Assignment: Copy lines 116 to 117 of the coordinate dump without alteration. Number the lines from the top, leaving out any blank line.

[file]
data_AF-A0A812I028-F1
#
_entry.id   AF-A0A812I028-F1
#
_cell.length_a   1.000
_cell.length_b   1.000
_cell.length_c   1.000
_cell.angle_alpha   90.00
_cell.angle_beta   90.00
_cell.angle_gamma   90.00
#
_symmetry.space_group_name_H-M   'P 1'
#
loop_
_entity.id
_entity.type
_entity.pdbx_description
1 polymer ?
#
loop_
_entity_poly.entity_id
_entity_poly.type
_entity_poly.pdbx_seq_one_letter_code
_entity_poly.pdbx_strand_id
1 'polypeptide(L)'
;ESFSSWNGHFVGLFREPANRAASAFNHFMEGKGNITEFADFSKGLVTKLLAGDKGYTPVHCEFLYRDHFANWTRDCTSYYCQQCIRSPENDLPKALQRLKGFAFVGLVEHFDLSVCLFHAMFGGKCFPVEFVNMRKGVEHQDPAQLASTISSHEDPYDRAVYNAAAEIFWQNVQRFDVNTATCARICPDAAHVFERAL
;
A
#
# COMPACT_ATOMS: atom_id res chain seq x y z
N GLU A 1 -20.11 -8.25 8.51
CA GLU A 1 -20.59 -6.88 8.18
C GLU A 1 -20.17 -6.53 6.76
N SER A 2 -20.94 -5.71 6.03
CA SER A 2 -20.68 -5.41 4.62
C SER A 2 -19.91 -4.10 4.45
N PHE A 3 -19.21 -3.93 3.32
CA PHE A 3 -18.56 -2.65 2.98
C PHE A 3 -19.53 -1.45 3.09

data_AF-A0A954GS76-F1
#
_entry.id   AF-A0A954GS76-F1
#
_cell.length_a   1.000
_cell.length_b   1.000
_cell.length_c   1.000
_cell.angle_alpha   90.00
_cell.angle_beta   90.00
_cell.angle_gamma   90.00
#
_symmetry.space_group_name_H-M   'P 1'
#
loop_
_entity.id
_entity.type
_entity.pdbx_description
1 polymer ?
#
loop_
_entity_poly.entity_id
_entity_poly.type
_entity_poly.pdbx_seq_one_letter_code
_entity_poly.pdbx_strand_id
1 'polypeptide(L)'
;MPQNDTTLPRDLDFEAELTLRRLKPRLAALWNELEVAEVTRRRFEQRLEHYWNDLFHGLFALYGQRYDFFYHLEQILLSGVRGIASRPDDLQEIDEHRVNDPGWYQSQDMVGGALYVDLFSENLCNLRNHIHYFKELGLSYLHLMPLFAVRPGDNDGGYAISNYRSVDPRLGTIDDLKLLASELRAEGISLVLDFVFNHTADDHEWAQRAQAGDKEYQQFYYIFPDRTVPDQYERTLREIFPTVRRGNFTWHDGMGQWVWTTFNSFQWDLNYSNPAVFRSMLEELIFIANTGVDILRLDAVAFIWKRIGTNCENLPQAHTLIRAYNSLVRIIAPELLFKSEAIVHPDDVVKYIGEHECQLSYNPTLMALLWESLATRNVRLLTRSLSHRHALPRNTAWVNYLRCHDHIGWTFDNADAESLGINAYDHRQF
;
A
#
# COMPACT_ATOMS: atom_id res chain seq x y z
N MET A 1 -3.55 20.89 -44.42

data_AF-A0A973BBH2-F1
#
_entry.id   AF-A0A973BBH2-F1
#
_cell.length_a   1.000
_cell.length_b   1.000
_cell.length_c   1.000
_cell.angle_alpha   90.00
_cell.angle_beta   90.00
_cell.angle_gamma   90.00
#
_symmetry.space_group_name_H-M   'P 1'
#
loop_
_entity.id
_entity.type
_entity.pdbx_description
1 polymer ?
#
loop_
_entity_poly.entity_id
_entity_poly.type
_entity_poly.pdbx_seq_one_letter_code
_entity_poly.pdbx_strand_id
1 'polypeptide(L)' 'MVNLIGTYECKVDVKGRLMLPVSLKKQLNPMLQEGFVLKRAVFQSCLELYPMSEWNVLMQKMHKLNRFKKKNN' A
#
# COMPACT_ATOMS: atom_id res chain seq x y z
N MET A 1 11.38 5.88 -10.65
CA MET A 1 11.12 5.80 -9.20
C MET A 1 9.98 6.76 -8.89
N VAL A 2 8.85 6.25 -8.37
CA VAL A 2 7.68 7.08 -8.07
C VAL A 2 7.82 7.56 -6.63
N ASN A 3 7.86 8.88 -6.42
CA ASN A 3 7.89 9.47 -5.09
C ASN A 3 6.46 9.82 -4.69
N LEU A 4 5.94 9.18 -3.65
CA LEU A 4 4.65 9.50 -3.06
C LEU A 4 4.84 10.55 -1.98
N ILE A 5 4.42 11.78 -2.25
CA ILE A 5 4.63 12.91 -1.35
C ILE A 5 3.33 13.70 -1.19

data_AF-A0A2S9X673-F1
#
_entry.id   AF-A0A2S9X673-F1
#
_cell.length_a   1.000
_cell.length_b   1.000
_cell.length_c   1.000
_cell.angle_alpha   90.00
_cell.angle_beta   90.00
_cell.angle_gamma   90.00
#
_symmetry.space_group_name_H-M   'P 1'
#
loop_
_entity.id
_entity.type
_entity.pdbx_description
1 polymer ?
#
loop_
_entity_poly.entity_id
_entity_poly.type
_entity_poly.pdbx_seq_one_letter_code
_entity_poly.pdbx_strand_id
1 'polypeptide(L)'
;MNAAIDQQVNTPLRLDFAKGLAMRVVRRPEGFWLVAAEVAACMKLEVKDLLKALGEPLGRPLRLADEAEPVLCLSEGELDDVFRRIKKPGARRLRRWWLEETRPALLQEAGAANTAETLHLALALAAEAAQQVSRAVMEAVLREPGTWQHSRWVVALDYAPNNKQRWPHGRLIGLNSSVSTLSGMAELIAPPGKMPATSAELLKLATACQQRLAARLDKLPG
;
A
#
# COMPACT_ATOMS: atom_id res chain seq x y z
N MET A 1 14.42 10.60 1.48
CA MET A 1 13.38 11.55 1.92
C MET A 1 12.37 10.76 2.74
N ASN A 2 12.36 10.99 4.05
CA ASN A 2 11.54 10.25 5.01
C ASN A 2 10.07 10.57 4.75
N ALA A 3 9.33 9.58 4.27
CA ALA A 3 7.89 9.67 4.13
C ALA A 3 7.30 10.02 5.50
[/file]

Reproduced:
#
_cell.length_a   1.000